De­signer Sag­meis­ter talks about Italy as muse

The China Post - - ARTS & LEISURE - BY ELLA IDE

Award-win­ning graphic de­signer Ste­fan Sag­meis­ter, famed for his work with the Rolling Stones, Lou Reed and Aero­smith, says the con­cept of beauty in de­sign is back.

The New-York based Aus­trian tipped Am­s­ter­dam, Lon­don and Zurich as the hottest places for young de­sign­ers right now, but in an in­ter­view in Rome he said a cre­ative shift has given the Ital­ian cap­i­tal the op­por­tu­nity to steal the show.

“World­wide, beauty is re­ally com­ing back into de­sign, no other city in the world has so much beauty. De­sign­ers who suc­cess- fully trans­late Italy’s Baroque or Re­nais­sance for the 21st cen­tury will have found a pot of gold,” he said.

Born in 1962, Sag­meis­ter, inspired by the punk aes­thetic, forged his name de­sign­ing graph­ics and brand­ing for clients in­clud­ing HBO, Time Warner and the Guggen­heim Mu­seum, pick­ing up a Grammy in 2005 for the de­sign of a box set of works by 1980s in­die giants Talk­ing Heads.

The de­signer takes a year­long sab­bat­i­cal ev­ery seven years — the last one in In­done­sia, the next a closely- guarded se­cret — and for the past few years has staged talks and ex­hi­bi­tions on his phi­los­o­phy,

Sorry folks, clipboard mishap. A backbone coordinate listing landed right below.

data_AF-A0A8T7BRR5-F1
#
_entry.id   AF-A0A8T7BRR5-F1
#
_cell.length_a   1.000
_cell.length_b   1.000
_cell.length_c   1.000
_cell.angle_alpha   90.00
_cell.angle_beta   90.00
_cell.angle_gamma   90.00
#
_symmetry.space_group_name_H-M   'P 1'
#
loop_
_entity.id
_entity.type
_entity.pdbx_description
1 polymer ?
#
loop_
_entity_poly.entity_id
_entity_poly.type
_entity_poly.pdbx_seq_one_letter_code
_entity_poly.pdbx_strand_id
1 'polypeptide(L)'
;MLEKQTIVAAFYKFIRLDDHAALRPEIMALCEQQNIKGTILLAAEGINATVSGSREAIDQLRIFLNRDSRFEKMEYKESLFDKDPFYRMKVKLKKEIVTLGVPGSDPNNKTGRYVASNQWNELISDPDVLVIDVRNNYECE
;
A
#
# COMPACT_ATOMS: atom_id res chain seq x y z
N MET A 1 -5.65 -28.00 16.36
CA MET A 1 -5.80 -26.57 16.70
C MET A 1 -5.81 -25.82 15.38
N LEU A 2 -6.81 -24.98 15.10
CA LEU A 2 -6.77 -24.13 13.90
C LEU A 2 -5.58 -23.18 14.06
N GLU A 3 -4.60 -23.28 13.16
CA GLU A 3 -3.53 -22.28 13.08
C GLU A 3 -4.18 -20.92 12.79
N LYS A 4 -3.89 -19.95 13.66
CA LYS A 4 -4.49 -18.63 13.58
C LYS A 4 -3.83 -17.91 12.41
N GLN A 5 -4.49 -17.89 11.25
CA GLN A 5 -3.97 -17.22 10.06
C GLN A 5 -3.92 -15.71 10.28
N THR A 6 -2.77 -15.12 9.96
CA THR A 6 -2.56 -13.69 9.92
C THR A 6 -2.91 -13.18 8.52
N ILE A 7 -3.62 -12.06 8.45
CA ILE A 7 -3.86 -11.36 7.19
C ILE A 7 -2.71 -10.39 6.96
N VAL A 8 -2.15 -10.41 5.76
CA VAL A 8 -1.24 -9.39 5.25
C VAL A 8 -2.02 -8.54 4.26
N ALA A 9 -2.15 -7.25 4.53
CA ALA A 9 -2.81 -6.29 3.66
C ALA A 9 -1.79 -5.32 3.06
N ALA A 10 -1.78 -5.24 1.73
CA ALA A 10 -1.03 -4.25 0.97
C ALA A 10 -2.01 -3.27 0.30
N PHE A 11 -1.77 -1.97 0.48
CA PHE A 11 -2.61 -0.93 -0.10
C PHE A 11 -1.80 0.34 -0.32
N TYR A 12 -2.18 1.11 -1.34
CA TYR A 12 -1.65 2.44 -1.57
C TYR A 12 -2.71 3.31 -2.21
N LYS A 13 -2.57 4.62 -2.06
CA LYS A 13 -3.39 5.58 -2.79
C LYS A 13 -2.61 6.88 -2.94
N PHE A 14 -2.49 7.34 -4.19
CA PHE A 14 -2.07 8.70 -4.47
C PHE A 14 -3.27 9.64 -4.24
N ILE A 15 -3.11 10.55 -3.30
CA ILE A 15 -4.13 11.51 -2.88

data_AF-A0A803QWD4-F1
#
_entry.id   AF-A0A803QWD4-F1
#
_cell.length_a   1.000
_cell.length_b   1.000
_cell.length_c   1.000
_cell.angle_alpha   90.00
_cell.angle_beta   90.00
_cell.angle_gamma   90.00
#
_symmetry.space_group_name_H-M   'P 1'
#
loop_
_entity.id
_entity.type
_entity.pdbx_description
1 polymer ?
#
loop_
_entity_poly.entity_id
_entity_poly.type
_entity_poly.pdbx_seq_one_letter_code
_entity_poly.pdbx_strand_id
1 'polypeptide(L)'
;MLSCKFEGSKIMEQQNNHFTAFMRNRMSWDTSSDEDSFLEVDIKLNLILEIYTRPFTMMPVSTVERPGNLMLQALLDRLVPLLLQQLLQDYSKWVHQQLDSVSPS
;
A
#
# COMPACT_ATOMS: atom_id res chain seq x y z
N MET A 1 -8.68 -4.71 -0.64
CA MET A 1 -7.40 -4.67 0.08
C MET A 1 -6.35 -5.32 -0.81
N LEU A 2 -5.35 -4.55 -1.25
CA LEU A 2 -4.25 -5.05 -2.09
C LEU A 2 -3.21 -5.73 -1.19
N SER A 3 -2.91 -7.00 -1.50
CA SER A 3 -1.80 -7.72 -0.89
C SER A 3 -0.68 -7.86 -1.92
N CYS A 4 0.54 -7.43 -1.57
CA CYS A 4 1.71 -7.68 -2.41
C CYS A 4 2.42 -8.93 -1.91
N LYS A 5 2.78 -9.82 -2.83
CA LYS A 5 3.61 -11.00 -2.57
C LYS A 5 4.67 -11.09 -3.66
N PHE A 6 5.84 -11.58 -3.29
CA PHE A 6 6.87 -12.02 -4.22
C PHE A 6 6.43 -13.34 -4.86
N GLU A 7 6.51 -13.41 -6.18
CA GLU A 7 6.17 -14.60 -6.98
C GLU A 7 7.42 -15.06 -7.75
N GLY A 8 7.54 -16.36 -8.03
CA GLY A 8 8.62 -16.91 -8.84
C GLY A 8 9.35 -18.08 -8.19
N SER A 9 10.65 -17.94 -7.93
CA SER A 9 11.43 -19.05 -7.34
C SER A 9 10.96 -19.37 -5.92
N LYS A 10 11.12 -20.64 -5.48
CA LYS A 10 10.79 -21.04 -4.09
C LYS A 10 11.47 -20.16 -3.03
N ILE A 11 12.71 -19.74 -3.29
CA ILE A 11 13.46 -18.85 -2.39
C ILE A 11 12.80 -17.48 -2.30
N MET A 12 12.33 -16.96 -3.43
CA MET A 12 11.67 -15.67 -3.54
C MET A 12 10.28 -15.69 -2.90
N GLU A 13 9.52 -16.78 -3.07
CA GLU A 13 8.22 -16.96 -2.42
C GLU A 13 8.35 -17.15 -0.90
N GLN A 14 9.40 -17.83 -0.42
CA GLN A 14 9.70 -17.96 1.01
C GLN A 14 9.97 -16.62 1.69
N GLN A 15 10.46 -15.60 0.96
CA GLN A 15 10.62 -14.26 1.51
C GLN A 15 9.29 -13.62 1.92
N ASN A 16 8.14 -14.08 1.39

dubbed “the happy show.”

The Im­por­tance of Sur­prise

Tall and an­gu­lar with a rau­cous laugh, Sag­meis­ter — who has doc­u­mented his strug­gles with al­co­hol, drugs, weight gain and de­pres­sion — has an in­fec­tious play­ful­ness about him.

“I very much em­brace hu­mor. By def­i­ni­tion ev­ery punch­line has a sur­prise in it, and I think a sur­prise is su­per im­por­tant when you are deal­ing with clients,” he told AFP ahead of a show in Rome called “Road to Cre­ativ­ity.”

Inspired by a break­fast chat this week with Hel­mut Leder, a Ger­man ex­pert in psy­chol­ogy of the arts, he de­scribes his thrill at dis­cov­er­ing sur­prises “can open you up for beauty, sci­en­tif­i­cally.”

“When you look sur­prised your eyes are wider ... so from a phys­i­cal point of view you see more. If you first de­liver a sur­prise and then fol­low up with some­thing beau­ti­ful you will en­gage the viewer more,” he said.

Sag­meis­ter was also in the Ital­ian cap­i­tal to judge a con­test at Rome’s Rufa Univer­sity of Fine Arts, in which stu­dents had to de­sign works un­der the theme, “Things I have learned in my life so far.”

The idea came from his “de­sire to use what I’ve learned as a lan­guage, the graphic de­sign lan­guage, in some­thing that’s much more per­sonal, more di­rect.”

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